Laryngopyocele: a rare neck mass and an uncommon excision

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Excerpt

An 80‐year‐old male inpatient was reviewed regarding a progressive neck swelling for 1 year with intermittent hoarseness and increasing tenderness on palpation. Physical examination revealed a midline, soft mass anterior to the thyroid cartilage that was reducible and mobile. On flexible laryngoscopy, a submucosal mass was noted on the glottic surface of the epiglottis. Computed tomography (CT) scan demonstrated a lobulated structure superficial to the thyroid cartilage extending through the thyrohyoid membrane lying inferior and deep to the valleculae and median glossoepiglottic fold. The deep portion measured 2.7 × 2.0 × 2.2 cm and the extra laryngeal portion measured 4.3 × 2.3 × 4.0 cm. Low‐density centre and enhancing margins with loculations were suggestive of a fluid‐filled laryngocele (Fig. 1). Subsequent fine needle aspiration findings included predominantly histiocytes with blood, mixed inflammatory cells and necrotic debris consistent with an abscess.
Microlaryngoscopic (MLN) examination of the larynx prior to surgery confirmed a midline/left submucosal swelling of the infrahyoid laryngeal surface of the epiglottis. Curative resection of the lesion via an external approach was performed. Access to the capsule of the laryngocele was achieved after division of the strap muscles. Dissection to the base of the cyst continued, where a tract was identified passing through the thyrohyoid membrane but not adherent to it (Fig. 2). The tract was traced to the submucosa and the lesion was everted and extracted without the need for a laryngofissure (Fig. 3). The post‐operative period was uneventful with normal findings on a follow‐up laryngoscopic examination.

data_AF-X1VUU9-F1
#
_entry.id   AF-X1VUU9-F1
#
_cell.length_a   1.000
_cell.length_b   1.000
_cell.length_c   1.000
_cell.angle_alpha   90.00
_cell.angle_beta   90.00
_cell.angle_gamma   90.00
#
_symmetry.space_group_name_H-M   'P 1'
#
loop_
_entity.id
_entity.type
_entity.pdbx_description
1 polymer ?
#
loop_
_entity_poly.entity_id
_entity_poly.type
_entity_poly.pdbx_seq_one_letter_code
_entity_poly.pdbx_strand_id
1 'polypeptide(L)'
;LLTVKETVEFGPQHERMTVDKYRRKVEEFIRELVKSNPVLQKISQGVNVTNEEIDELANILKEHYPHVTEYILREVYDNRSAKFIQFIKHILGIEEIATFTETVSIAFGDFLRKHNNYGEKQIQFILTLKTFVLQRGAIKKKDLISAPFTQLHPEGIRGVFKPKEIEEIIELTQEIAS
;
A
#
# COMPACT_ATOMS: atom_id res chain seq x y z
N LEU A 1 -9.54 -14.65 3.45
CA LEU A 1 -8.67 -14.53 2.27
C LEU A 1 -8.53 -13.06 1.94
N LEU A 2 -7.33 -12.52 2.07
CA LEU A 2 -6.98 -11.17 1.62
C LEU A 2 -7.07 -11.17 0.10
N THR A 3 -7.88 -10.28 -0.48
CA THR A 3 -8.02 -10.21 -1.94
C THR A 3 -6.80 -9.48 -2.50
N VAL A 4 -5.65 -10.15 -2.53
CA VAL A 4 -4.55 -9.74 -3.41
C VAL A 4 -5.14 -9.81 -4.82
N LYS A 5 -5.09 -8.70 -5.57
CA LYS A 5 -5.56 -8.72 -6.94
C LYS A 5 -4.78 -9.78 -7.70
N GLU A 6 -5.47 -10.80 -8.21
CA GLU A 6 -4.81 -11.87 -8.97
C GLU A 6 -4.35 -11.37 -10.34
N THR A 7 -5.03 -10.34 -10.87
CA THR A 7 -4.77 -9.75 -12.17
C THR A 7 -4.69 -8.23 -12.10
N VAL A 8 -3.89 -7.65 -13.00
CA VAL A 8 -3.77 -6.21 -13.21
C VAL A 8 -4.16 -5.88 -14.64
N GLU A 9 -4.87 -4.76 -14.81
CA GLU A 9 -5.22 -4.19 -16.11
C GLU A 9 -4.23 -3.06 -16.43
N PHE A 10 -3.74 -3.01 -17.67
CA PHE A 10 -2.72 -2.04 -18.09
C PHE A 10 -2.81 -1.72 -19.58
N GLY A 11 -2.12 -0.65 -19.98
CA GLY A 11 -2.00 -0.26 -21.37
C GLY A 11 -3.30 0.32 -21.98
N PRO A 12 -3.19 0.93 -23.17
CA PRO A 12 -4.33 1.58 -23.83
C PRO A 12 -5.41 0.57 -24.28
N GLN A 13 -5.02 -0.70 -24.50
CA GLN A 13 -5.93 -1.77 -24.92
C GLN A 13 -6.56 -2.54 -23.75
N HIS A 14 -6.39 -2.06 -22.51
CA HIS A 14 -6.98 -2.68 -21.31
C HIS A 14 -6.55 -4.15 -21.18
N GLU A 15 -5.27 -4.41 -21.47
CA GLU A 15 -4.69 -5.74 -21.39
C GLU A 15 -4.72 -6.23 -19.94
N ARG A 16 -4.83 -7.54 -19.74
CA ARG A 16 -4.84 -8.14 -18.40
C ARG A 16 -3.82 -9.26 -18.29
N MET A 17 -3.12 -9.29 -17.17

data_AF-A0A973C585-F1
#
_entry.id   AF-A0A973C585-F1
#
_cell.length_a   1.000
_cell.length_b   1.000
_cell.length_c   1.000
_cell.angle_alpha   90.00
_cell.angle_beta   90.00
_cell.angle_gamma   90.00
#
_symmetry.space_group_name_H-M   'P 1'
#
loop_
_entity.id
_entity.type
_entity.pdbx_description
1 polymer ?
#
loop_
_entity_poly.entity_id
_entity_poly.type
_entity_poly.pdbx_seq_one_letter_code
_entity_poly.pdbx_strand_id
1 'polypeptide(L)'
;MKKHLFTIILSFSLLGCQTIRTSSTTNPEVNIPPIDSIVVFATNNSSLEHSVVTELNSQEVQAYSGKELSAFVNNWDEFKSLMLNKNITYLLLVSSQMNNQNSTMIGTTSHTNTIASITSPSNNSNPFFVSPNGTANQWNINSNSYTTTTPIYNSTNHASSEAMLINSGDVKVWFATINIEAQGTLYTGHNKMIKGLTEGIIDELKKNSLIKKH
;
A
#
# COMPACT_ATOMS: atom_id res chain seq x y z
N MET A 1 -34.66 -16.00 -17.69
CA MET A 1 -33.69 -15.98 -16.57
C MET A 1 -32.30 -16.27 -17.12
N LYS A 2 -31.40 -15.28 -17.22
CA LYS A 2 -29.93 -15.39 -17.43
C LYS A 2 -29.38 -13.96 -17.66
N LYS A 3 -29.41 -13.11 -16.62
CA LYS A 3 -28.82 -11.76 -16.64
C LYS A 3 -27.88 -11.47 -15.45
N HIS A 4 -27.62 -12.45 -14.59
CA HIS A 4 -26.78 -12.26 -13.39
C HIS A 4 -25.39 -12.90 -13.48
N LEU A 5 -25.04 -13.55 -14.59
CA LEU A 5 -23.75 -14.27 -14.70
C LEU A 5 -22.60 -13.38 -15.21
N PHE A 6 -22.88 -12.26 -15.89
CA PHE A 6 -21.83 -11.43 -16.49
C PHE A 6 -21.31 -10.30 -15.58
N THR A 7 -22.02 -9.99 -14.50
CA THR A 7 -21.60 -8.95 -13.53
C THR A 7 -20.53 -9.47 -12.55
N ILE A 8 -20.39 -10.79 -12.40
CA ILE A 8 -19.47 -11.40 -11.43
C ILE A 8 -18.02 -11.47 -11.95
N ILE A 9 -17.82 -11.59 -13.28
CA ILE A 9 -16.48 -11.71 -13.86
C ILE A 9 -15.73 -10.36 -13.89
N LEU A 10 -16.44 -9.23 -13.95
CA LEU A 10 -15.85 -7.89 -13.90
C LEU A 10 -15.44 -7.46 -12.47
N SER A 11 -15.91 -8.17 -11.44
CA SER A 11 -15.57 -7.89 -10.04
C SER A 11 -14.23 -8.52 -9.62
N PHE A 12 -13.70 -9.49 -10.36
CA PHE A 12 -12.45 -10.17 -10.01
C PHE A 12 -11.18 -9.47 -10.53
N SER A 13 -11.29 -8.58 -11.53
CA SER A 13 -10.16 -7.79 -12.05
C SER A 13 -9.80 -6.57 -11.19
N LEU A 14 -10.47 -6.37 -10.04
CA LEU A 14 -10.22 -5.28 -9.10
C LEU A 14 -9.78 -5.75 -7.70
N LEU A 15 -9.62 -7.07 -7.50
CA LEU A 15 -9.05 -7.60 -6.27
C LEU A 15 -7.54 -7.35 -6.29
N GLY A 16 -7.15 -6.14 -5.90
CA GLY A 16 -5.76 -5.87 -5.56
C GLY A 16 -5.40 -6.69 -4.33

Laryngoceles are rare anomalous diverticulum arising from the laryngeal saccule within the ventricle of Morgagni.1 They consist of a membranous sac located between the false vocal cord and thyroid cartilage. Laryngoceles, a passé term, are now classified under the nomenclature of saccular cysts. A saccular cyst may be mucous‐filled, air‐filled because of communication with the larynx (laryngocele) or purulent (laryngopyocele).2 To date, only several hundred laryngeal saccular cysts have been reported, while a mere 40 cases of laryngopyoceles have been described in the literature.3 The aetiology remains unclear but has been hypothesized to be atavistic remnants from apes, congenital (large saccules or weak laryngeal tissue), or acquired because of conditions giving rise to increased intra‐glottic pressure.1
Three forms of laryngeal saccular cysts have been described in relation to the thyrohyoid membrane. An internal cyst is confined to the paraglottic space, while an external extends and dissects superiorly through the thyrohyoid membrane.5 The combined type is the more commonly reported form (44%) in the English literature.3
Saccular cysts may range in presentation from being asymptomatic to causing acute airway respiratory obstruction, thereby being fatal.6 Hoarseness, dyspnoea and cough are common symptoms. Pain, fever and, occasionally, stridor are associated with laryngopyoceles. The swelling becomes more prominent on Valsalva maneuver.6 CT remains the primary modality for radiological diagnosis.6 Several cases have reported the coexistence of saccular cysts and laryngeal carcinoma or amyloidosis, potentially as the causative agent. It is hypothesized that an increase in intraluminal pressure by obstruction of upper airways, speech effort, excessive coughing and/or local mechanical conditions is the underlying pathology.9 A thorough investigation including an MLN examination prior to excision, particularly with a previous smoking history,10 to exclude occult squamous cell carcinoma in the ventricle causing the laryngocele is imperative. It is also important to note that laryngeal tuberculosis or syphilis can cause prolapse of the ventricle and saccule into the airway causing obstruction.8 One needs to consider brachial cyst, neck abscess, paraganglioma, schwannoma and thyroglossal duct cysts as the differential diagnoses.
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